“I walk around nature, I love being here with my plants, my animals, being outside. I go walk down to the lakes,” she says in a translated email to Boulder Weekly. “The lakes are life. The water, nature, environment is life. We go down to the lakes, drink the water, we use the water for everything, the lakes give life to everyone here.”

Acuña and her family live and work a 60-acre plot of land in Tragadero Grande, claiming they purchased the property in 1994 with the land deed to prove it. But Denver-based Newmont Mining Company, along with its Peruvian partner Minas Buenaventura, says it purchased the Tragadero Grande land in 1996/97 from the Sorochuco community, with plans to access the gold buried beneath the lakes by developing the $4.8 billion Conga mine.

An ongoing land dispute has ensued, gaining both national and international attention, most notably when Acuña received the Goldman Environmental Prize on April 18.

“I am a woman from the highlands who lives in the mountain ranges/Tending to my sheep in mist and heavy rain/ When my dog barked, the police arrived,” Acuña sang at the Goldman awards ceremony. A woman short in stature, her traditional wide-brimmed hat barely rising above the podium, her eyes brimmed with tears as she sang. “My hut, they burned down/My things, they took away/Food, I did not eat only water I drank/A bed, I did not have with hay I covered myself/Because I defend my lakes, they want to take my life.”

Acuña has told her story countless times — police arriving at her door, destroying her crops, beating her and her family, threatening them unless they vacate the land. She says they continue to threaten her, at one point almost killing her dog, and continue to destroy her property while also maintaining a fence around her plot, causing her to feel trapped on her own land. She says the police (sometimes calling them “thugs”) are working at the behest of the mining companies.

“Here in Peru there is a law that permits the companies to hire the police as their private security forces,” says Ximena Warnaars, Amazon program coordinator for EarthRights International, a nonprofit seeking to protect both human rights and the environment through legal actions and advocacy campaigns. “That is also one of the issues … When are the police working as a civil servants and when are they working as private security?”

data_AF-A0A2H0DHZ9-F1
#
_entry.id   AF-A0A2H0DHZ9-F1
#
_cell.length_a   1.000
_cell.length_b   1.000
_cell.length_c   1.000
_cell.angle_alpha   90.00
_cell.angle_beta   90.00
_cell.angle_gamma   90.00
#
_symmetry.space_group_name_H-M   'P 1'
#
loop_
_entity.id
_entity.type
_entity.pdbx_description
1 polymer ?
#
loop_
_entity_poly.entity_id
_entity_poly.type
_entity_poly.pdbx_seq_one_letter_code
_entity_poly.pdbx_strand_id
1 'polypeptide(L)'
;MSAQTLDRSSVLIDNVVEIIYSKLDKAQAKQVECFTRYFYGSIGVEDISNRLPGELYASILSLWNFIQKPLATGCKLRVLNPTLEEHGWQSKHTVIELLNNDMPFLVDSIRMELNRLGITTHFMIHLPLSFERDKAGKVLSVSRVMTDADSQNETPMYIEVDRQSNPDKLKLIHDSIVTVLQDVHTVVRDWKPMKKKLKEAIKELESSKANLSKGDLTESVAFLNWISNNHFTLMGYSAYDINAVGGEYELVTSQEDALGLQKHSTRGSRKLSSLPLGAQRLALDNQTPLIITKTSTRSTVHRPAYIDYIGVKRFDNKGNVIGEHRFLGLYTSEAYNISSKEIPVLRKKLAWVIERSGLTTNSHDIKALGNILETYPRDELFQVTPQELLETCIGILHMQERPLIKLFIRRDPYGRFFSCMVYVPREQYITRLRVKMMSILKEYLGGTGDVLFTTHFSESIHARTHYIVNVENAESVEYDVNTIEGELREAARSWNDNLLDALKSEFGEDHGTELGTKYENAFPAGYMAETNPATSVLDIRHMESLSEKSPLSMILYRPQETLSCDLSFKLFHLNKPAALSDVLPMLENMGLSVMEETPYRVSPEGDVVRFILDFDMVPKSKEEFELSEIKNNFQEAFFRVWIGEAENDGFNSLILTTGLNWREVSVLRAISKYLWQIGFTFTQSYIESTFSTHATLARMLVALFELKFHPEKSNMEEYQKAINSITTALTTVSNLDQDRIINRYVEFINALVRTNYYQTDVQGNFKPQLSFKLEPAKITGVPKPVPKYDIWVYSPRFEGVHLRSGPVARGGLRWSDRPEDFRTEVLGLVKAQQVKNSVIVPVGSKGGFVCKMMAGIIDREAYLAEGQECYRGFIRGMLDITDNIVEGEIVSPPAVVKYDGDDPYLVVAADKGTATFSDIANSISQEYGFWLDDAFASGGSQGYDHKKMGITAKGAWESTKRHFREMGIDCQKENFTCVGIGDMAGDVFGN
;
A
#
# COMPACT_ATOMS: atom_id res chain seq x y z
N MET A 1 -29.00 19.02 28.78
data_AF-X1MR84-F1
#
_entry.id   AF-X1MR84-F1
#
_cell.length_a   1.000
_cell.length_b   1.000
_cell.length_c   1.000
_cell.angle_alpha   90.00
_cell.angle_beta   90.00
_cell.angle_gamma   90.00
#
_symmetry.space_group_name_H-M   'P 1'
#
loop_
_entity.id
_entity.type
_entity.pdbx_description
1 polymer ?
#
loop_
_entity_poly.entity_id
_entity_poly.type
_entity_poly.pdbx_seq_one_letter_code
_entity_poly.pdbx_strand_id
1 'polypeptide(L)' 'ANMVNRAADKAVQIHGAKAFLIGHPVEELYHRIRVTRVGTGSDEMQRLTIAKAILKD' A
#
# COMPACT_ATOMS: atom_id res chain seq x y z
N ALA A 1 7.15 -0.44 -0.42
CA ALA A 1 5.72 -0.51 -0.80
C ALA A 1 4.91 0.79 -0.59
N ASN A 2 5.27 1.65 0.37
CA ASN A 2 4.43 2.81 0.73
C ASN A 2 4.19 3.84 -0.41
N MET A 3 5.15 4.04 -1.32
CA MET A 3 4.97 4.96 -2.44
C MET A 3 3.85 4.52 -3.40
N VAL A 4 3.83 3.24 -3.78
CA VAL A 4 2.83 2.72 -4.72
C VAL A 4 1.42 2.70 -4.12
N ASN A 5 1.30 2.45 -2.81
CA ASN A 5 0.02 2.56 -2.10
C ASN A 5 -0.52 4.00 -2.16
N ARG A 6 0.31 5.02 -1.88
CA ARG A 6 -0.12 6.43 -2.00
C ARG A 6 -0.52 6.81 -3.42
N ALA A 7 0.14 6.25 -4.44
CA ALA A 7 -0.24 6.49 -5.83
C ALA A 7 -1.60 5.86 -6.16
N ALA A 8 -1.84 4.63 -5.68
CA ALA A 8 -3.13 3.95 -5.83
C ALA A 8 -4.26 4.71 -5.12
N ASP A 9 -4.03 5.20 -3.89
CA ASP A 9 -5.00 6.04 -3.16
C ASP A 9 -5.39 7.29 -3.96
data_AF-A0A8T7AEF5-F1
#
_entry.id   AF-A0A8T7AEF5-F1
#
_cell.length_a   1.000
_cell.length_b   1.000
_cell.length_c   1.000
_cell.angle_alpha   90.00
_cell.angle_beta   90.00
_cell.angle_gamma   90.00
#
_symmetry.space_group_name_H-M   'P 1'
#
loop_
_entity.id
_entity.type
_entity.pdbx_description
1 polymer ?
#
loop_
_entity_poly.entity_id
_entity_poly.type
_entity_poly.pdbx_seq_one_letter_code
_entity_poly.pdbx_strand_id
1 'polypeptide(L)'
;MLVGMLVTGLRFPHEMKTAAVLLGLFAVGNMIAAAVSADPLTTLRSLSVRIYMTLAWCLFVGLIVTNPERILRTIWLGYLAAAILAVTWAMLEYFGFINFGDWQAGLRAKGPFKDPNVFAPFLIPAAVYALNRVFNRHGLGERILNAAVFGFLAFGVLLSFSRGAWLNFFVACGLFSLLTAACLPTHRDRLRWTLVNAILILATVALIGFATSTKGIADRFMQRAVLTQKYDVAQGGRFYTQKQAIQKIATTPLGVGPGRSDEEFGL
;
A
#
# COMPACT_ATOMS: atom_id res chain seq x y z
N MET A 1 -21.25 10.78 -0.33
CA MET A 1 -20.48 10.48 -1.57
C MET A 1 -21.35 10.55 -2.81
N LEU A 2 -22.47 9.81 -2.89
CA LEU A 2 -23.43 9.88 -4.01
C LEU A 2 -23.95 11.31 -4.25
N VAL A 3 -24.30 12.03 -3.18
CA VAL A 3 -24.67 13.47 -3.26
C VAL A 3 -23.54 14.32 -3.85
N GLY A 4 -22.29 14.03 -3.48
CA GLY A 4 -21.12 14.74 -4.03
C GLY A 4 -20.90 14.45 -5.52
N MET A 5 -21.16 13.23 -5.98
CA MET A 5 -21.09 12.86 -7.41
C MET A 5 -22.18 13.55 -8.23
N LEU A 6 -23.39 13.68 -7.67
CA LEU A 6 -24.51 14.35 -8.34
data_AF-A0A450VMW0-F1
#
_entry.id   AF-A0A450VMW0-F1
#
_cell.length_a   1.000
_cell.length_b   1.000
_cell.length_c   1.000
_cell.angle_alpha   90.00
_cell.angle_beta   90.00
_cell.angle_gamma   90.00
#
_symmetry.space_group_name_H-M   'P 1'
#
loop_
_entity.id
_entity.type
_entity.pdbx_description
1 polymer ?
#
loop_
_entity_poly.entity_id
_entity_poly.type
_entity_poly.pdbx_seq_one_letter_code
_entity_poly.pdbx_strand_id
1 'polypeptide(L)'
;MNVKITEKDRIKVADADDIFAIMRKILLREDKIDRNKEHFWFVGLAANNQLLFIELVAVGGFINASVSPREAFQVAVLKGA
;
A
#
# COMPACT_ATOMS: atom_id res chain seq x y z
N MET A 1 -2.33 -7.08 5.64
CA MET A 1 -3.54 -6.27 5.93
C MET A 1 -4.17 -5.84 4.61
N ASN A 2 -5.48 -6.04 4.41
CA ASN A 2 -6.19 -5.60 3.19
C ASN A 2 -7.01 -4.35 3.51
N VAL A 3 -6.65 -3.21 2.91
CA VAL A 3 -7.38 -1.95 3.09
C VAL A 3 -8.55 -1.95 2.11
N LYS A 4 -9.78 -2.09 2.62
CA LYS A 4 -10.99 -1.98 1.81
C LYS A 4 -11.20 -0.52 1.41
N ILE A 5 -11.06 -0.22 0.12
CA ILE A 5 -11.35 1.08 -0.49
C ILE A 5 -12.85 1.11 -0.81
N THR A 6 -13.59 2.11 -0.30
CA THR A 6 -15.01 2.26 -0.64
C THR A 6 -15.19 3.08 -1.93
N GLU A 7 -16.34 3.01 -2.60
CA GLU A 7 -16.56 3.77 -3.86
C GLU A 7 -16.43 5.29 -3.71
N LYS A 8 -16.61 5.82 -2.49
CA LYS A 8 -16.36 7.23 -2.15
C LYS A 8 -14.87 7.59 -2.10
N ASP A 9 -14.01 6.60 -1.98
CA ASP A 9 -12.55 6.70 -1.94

While Acuña and her family maintain the mining company burned their house and took their belongings, Newmont argues the family is illegally squatting on the land. In 2011, local courts ruled on the side of Newmont, charging Acuña and her husband with aggravated usurpation, or taking land through the use of force. She was sentenced to almost three years in prison, charged a reparation fine of almost $2,000 and was issued an order of eviction. Through a variety of appeals, a judge in Cajamarca later ruled there was no evidence that Acuña and her family committed a crime and overturned the order of eviction in 2014. But Newmont has appealed to the Peruvian Supreme Court, says Omar Jabara from Newmont’s corporate communications office in Denver, and land ownership has yet to be determined.

The company first proposed the nearby Conga mine project in 2010 with plans to significantly alter four mountain lakes in order to access the gold buried beneath the waters. Newmont and Buenaventura already operate the nearby Yanacocha mine, South America’s largest open pit gold mine producing roughly 471,000 ounces of gold a year. The Conga mine was expected to yield 680,000 ounces of gold and 235 million pounds of copper each year.

“Two lakes would’ve had to been relocated. Essentially the water would have been moved into a new reservoir and there were two lakes that would’ve been expanded,” Jabara says. The company has already spent $20 million in order to expand Chailhuagon Lake into a reservoir. The Chailhuagon Reservoir now provides water to the community year-round, where as the lake didn’t produce enough water to sustain the six month dry season, Jabara says.